The Juilliard School
Founded in 1905, The Juilliard School is a world leader in performing arts education. The school’s mission is to provide the highest caliber of artistic education for gifted musicians, dancers, and actors from around the world so that they may achieve their fullest potential as artists, leaders, and global citizens. Located at Lincoln Center in New York City, Juilliard offers undergraduate and graduate degrees in dance, drama (acting and playwriting), and music (classical, jazz, historical performance, and vocal arts). Currently more than 800 artists from 40 states and 38 countries and regions are enrolled at Juilliard, where they appear in over 700 annual performances in the school’s five theaters; at Lincoln Center’s Alice Tully and David Geffen halls and at Carnegie Hall; as well as at other venues around New York City, the country, and the world. Beyond its New York campus, Juilliard is defining new directions in global performing arts education for a range of learners and enthusiasts through The Tianjin Juilliard School and K-12 educational curricula.
The mission of The Juilliard School is to provide the highest caliber of artistic education for gifted musicians, dancers, and actors from around the world, so that they may achieve their fullest potential as artists, leaders, and global citizens.
The Albany Symphony Orchestra
was founded in 1930 by Professor John F. Carabella. Mr. Carabella was born in Rome in 1885, and was a favorite pupil of Pietro Mascagni, composer of Cavalleria Rusticana. He came to America in 1915 to become organist and choirmaster at St. Bernard's Church in Cohoes.
What could have possessed Mr. Carabella, 87 years ago, early in the Great Depression, to found the "People's Orchestra of Albany" with 24 brave musical souls? What a seemingly inauspicious time to found an orchestra. And yet, what better source of comfort and hope during bleak times than the life-affirming music he and his orchestra played.
Following Carabella's tenure, the orchestra was led by music directors Rudolf Thomas, Ole Windingstad, Edgar Curtis, Julius Hegyi and Geoffrey Simon. In 1992, David Alan Miller, former Associate Conductor of the Los Angeles Philharmonic, was appointed Music Director.
The last few years have been a time of dramatic growth and success for the orchestra. In 2011, the Albany Symphony was invited to participate in the inaugural season of Spring for Music, a festival celebrating innovative programming by American orchestras, at Carnegie Hall. In 2013, the Albany Symphony was the only orchestra to appear for a second year on the festival. In 2014, the orchestra's recording of John Corigliano's Conjurer won a GRAMMY Award. The Albany Symphony has received more ASCAP Awards for Adventurous Programming than any other orchestra in America, 26 to date, including the John S. Edwards Award for Strongest Commitment to New American Music in 2013 and 2014.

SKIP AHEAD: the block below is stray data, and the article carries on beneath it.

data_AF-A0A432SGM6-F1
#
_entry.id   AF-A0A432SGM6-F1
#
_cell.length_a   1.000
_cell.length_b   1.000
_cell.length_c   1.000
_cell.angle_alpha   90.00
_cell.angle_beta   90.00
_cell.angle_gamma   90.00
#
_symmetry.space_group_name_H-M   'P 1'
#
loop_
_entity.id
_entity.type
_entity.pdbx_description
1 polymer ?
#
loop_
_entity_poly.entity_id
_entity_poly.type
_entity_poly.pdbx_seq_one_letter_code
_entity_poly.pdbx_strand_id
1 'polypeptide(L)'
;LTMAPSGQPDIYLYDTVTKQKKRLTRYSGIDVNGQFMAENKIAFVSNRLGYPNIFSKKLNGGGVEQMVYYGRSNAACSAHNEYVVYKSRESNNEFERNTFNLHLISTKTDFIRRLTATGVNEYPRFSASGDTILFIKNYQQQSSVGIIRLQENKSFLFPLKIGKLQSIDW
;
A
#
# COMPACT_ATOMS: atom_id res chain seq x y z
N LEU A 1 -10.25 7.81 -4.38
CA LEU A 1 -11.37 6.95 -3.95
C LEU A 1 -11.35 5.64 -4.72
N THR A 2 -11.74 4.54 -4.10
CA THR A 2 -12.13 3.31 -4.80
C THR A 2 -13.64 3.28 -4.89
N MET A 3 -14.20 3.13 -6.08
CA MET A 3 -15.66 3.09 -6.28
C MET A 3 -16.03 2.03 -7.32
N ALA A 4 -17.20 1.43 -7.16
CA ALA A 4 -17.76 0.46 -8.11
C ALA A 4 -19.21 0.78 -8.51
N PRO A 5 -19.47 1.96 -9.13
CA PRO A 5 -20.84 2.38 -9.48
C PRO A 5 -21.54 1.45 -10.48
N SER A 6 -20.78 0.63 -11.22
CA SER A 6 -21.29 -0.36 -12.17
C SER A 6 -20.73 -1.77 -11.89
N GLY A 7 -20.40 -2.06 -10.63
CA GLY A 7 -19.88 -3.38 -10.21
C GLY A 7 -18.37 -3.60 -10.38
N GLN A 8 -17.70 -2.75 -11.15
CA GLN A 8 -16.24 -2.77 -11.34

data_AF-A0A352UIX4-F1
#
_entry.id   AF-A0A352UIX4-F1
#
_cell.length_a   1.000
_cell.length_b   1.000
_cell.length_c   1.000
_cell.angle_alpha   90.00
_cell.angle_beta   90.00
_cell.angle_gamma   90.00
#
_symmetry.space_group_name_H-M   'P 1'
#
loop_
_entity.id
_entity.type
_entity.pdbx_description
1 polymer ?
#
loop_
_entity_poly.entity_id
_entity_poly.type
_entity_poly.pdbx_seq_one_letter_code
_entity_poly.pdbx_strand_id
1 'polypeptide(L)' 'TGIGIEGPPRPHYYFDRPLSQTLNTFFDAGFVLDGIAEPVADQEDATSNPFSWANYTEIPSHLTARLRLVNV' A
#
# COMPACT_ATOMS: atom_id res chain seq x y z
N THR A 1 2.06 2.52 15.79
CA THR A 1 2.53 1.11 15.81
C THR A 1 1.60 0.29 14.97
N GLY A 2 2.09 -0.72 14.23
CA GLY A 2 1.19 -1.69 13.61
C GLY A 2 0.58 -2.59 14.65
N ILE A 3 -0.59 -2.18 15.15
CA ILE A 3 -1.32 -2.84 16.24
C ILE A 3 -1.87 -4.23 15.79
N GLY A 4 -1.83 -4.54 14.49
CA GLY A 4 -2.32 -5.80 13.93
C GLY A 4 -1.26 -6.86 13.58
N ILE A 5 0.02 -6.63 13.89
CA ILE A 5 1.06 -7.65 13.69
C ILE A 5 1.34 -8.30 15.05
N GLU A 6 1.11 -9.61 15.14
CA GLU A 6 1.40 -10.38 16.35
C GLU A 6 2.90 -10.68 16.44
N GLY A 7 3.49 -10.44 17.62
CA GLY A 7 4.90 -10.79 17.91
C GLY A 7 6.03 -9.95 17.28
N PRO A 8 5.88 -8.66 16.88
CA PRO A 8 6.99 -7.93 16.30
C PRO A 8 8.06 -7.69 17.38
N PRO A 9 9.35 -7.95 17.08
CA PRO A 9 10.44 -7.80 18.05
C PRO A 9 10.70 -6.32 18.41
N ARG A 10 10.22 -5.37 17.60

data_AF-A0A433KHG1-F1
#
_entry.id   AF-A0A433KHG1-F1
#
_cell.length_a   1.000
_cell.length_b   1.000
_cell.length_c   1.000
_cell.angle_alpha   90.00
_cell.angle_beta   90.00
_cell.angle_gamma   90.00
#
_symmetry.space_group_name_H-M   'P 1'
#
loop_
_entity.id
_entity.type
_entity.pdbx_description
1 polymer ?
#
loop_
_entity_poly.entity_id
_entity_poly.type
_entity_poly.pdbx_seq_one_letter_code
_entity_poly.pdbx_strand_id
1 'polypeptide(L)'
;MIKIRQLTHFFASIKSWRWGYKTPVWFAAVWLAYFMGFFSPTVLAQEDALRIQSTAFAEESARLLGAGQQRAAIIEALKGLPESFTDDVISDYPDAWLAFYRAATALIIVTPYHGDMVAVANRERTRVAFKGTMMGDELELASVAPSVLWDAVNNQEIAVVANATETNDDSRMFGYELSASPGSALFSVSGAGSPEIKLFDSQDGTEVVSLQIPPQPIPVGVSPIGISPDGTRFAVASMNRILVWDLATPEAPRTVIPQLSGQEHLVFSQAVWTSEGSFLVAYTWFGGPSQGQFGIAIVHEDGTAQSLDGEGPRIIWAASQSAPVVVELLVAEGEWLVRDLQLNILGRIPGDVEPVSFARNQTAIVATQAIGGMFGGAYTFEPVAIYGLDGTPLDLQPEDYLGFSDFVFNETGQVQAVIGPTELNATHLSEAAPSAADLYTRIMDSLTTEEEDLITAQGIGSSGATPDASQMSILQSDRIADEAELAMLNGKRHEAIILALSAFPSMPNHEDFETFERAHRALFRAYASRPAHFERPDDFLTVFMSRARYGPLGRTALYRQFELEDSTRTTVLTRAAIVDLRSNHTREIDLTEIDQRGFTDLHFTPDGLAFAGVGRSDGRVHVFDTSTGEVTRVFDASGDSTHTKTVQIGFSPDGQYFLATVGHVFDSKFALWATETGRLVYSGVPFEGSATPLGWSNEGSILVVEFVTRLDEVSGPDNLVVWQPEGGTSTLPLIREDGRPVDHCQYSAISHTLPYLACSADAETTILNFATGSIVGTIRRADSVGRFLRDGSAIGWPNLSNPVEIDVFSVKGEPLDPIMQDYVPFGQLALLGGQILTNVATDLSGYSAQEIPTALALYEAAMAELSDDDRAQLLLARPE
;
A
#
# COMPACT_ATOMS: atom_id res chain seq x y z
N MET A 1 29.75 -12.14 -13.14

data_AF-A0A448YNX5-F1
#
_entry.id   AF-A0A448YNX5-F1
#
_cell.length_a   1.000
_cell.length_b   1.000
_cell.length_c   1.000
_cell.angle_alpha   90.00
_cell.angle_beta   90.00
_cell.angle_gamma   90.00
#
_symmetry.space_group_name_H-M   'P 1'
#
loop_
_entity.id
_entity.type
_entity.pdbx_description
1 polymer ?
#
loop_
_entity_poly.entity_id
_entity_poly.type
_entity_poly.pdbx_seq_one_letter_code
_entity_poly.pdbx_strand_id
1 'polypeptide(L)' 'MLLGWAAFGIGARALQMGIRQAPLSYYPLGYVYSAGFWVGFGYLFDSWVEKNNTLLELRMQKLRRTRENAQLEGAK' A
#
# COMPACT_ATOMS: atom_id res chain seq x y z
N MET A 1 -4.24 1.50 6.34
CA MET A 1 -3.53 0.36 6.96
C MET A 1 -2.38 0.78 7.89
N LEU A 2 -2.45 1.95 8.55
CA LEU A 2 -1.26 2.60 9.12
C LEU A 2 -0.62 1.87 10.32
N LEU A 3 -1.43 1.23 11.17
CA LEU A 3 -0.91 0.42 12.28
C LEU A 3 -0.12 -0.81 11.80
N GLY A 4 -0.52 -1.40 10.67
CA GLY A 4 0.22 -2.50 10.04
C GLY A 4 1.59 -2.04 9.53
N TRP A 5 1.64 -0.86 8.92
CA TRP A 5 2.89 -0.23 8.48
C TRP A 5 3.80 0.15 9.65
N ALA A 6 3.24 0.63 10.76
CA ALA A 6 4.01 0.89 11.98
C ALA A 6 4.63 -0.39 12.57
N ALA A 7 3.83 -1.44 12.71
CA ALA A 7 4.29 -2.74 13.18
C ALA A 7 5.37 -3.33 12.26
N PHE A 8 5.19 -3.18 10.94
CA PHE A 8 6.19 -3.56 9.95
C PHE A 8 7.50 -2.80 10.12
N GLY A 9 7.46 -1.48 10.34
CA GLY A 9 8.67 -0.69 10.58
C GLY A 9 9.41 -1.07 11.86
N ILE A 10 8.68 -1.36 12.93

David Alan Miller
Grammy Award-winning conductor David Alan Miller has established a reputation as one of the leading American conductors of his generation. Music Director of the Albany Symphony since 1992, Mr. Miller has proven himself a creative and compelling orchestra builder. Through exploration of unusual repertoire, educational programming, community outreach and recording initiatives, he has reaffirmed the Albany Symphony’s reputation as the nation’s leading champion of American symphonic music and one of its most innovative orchestras. He and the orchestra have twice appeared at "Spring For Music," an annual festival of America's most creative orchestras at New York City's Carnegie Hall. Other accolades include Columbia University’s 2003 Ditson Conductor’s Award, the oldest award honoring conductors for their commitment to American music, the 2001 ASCAP Morton Gould Award for Innovative Programming and, in 1999, ASCAP’s first-ever Leonard Bernstein Award for Outstanding Educational Programming.
Frequently in demand as a guest conductor, Mr. Miller has worked with most of America’s major orchestras, including the orchestras of Baltimore, Chicago, Cleveland, Detroit, Houston, Indianapolis, Los Angeles, New York, Philadelphia, Pittsburgh and San Francisco, as well as the New World Symphony, the Boston Pops and the New York City Ballet. In addition, he has appeared frequently throughout Europe, Australia and the Far East as guest conductor. He made his first guest appearance with the BBC Scottish Symphony in March, 2014.
Mr. Miller received his Grammy Award in January, 2014 for his Naxos recording of John Corigliano's "Conjurer," with the Albany Symphony and Dame Evelyn Glennie. His extensive discography also includes recordings of the works of Todd Levin with the London Symphony Orchestra for Deutsche Grammophon, as well as music by Michael Daugherty, Kamran Ince, and Michael Torke for London/Decca, and of Luis Tinoco for Naxos. His recordings with the Albany Symphony include discs devoted to the music of John Harbison, Roy Harris, Morton Gould, Don Gillis, Peter Mennin, and Vincent Persichetti on the Albany Records label.
A native of Los Angeles, David Alan Miller holds a bachelor’s degree from the University of California, Berkeley and a master’s degree in orchestral conducting from The Juilliard School. Prior to his appointment in Albany, Mr. Miller was Associate Conductor of the Los Angeles Philharmonic. From 1982 to 1988, he was Music Director of the New York Youth Symphony, earning considerable acclaim for his work with that ensemble. Mr. Miller lives with his wife and three children in Slingerlands, New York.